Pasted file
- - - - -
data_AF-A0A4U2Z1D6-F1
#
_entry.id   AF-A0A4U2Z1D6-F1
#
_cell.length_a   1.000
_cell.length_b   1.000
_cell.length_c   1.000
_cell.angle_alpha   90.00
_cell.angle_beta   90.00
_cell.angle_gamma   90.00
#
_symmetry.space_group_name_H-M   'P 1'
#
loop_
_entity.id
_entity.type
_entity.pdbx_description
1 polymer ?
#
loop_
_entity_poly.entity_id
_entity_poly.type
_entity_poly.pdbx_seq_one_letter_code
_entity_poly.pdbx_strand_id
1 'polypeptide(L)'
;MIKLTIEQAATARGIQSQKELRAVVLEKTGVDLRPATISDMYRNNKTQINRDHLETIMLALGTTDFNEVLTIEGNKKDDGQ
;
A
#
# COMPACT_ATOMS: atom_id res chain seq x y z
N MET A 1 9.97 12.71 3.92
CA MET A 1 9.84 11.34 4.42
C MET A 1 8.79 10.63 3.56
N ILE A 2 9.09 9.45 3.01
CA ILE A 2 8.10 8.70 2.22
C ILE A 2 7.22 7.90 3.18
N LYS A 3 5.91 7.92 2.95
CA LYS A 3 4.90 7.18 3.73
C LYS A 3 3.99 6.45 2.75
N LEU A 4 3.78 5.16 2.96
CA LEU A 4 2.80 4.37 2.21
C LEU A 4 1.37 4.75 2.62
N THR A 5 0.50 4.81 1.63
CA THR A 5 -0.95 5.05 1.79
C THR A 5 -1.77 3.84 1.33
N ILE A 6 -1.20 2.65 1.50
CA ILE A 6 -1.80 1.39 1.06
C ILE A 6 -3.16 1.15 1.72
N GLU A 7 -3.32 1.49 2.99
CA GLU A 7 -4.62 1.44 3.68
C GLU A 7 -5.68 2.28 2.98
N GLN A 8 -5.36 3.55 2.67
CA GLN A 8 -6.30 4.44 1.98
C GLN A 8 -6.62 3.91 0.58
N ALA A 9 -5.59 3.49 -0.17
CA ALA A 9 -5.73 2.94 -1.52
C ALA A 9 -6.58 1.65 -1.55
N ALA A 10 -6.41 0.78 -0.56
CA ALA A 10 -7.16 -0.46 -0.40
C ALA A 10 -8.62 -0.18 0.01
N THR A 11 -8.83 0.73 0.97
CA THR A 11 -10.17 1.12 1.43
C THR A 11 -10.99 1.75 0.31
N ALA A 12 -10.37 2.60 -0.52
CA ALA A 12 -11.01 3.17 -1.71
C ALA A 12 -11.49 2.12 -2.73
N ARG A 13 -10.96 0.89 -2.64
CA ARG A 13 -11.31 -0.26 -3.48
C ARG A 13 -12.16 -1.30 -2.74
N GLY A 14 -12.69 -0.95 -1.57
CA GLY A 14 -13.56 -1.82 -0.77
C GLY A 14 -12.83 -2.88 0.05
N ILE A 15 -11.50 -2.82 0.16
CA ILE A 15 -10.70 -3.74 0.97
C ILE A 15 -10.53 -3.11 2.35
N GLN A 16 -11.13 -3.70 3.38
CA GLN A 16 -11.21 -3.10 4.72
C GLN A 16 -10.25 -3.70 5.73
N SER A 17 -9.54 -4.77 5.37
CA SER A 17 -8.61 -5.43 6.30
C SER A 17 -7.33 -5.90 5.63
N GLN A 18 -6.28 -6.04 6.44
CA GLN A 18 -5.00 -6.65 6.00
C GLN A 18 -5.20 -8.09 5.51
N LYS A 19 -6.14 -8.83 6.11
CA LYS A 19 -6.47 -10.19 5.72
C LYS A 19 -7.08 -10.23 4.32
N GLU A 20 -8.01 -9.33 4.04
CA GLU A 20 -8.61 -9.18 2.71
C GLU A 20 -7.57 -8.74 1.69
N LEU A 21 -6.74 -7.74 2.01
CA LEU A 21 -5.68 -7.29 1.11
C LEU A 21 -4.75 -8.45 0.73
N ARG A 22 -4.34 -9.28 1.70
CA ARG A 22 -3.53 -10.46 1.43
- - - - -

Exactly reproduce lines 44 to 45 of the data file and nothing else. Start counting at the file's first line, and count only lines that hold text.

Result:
CA THR A 5 -0.95 5.05 1.79
C THR A 5 -1.77 3.84 1.33